Monica Ahanonu might be a model, but she’s not always comfortable with people staring at her.
It’s why, after getting all gussied up for a big event, dressed in a white designer gown, makeup done, and heels strapped on, she still felt the flutter of nerves.
“I don’t like people watching me,” she explained in an interview with TODAY. “I like dressing up and wearing crazy things, but I don’t like people to watch me at the same time.”
Still, at a friend’s insistence, Ahanonu stood for a few photos on the street to capture her look. While her friend snapped pictures, Ahanonu realized a father and his toddler were nearby, looking on and waiting to pass. “I felt bad they were waiting. So I told him to go, and the dad said that his daughter might take a while to cross the street,” Ahanonu explained, adding that she didn’t mind waiting. After all, since she’s not great with having people gawk at her, she was feeling timid.
That’s the funny thing about children, Ahanonu, 31, noted. They don’t pick up on the insecurities adults accumulate over their lifetimes.
In a video captured by Ahanonu’s friend and shared on Instagram, the little girl pushes a toy stroller past the model. Then, the girl pauses, lingering for a moment to size up the model before turning her toy stroller around so that she can touch one of the flower appliqués on Ahanonu’s gown. Running interference, the girl’s father takes her hand away while Ahanonu chuckles.
The video struck a chord online and as of Friday, had nearly 4.7 million likes.
For commenters on the video, one of the most touching moments is when the little girl turned around and revealed that the doll in her stroller is Black as well.
“Girl!!!! The levels to this,” one user replied to the post, which is peppered with hundreds of heart-eyed emojis in the comments.
“Baby’s know an angel when they see one,” another wrote.
It was a touching moment, especially considering the long-held preferences for dolls in the past and the race-based prejudices that have been a factor.
In the 1940s, Dr. Kenneth Clark and his wife, Mamie Clark ( both psychologists ), conducted a series of experiments known as “the doll tests.” The experience was an effort to examine the psychological effects segregation had on Black children between the ages of three to seven. The children were asked to identify the race of the dolls, assign “good” and “bad” traits to each, and share which doll they preferred.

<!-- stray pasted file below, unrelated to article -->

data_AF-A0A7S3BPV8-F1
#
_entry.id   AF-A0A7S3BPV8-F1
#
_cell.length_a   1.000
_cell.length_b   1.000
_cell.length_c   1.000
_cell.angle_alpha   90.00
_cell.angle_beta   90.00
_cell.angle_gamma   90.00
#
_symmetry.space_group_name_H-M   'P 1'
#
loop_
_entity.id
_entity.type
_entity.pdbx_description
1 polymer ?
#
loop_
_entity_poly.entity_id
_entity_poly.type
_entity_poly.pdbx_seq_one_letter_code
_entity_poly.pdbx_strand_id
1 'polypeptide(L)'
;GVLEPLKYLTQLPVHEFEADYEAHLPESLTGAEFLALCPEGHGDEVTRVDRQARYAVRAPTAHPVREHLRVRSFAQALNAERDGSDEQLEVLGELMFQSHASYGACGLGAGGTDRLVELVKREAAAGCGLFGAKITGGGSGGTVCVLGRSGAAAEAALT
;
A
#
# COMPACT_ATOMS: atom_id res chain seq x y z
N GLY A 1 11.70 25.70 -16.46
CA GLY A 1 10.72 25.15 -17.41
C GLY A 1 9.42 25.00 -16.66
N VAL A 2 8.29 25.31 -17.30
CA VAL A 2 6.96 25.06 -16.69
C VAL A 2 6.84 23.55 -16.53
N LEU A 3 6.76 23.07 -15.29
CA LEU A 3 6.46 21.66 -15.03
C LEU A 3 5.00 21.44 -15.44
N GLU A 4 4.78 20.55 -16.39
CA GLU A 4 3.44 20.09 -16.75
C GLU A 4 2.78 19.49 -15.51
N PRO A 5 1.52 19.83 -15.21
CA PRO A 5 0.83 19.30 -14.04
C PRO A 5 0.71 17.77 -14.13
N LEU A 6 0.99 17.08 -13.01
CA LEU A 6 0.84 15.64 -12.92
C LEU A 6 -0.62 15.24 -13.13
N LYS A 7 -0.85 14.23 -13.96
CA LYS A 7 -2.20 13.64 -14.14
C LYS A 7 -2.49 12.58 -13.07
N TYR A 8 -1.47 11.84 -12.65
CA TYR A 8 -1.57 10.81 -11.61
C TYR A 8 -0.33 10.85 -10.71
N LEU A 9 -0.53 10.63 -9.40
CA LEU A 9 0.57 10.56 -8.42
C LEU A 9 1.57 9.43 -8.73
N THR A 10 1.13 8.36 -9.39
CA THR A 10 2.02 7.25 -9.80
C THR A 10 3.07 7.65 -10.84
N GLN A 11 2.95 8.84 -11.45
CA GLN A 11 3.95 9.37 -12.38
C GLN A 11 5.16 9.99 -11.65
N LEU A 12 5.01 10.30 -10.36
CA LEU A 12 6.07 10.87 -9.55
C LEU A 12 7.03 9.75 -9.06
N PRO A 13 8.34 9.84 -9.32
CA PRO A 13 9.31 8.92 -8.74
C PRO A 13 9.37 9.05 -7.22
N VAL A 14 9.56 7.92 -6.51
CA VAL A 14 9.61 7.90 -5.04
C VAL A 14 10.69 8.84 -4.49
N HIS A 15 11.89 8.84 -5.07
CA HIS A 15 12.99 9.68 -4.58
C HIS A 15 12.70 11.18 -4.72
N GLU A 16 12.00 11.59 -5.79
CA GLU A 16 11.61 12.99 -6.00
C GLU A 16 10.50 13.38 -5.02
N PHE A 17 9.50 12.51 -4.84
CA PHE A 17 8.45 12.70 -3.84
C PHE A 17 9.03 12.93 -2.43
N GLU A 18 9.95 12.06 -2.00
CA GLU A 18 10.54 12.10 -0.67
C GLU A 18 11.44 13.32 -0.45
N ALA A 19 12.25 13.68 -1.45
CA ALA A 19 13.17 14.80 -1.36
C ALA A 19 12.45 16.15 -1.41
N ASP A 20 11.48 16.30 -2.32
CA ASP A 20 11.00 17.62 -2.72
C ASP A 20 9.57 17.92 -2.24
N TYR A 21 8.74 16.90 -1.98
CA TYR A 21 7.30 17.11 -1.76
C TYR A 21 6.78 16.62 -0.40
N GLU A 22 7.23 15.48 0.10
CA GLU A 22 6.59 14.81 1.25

According to The NAACP Legal Defense and Educational Fund, Inc., the Clarks found that ‘prejudice, discrimination, and segregation created a feeling of inferiority among African-American children and damaged their self-esteem.”
In 2010, CNN commissioned another study that sought to determine if these racial biases had changed. Surveying 133 children, they found that nearly seven decades after the original test, white and Black children still preferred the white doll.
Ahanonu — a Black woman with a mother who immigrated from Uganda and a father who came from Biafra — remembers what it was like to have race come up in her early days on the playground.
“Me and my siblings were the only Black kids in our elementary school, middle school, and high school,” she explained. “(We) had Black dolls, but I don’t think any of my friends really did.”
It’s possible that the little girl in the video has yet to experience how aspects of race affect women of color like Ahanonu on a nearly day-to-day basis. She was also likely unaware that their brief interaction would be enough to make Ahanonu feel encouraged.
“It was more (of) a confirmation like, ‘Okay, I do look good, I guess,’” she told TODAY, noting that it wouldn’t have felt quite as genuine from an adult.
Ahanonu said the interaction makes her feel hopeful for the future.
“It’s a good sign that hopefully, things will be less divided as we go forward,” she said. “These generations coming up, (they) seem to be way less divided than the generation before us… It’s subconscious stuff that we don’t even realize and didn’t realize for a long time, obviously, even when we were younger so it’s cool to see that, and I’m curious, hopeful that (younger generations’) subconscious will be different than what ours or what our parents were.”
In the meantime, Ahanonu’s holding out hope she will be able to learn more about the little girl sometime soon.
“I wish I could talk to her dad so much,” Ahanonu said. “I want to ask him about her and (see) what they thought about it.”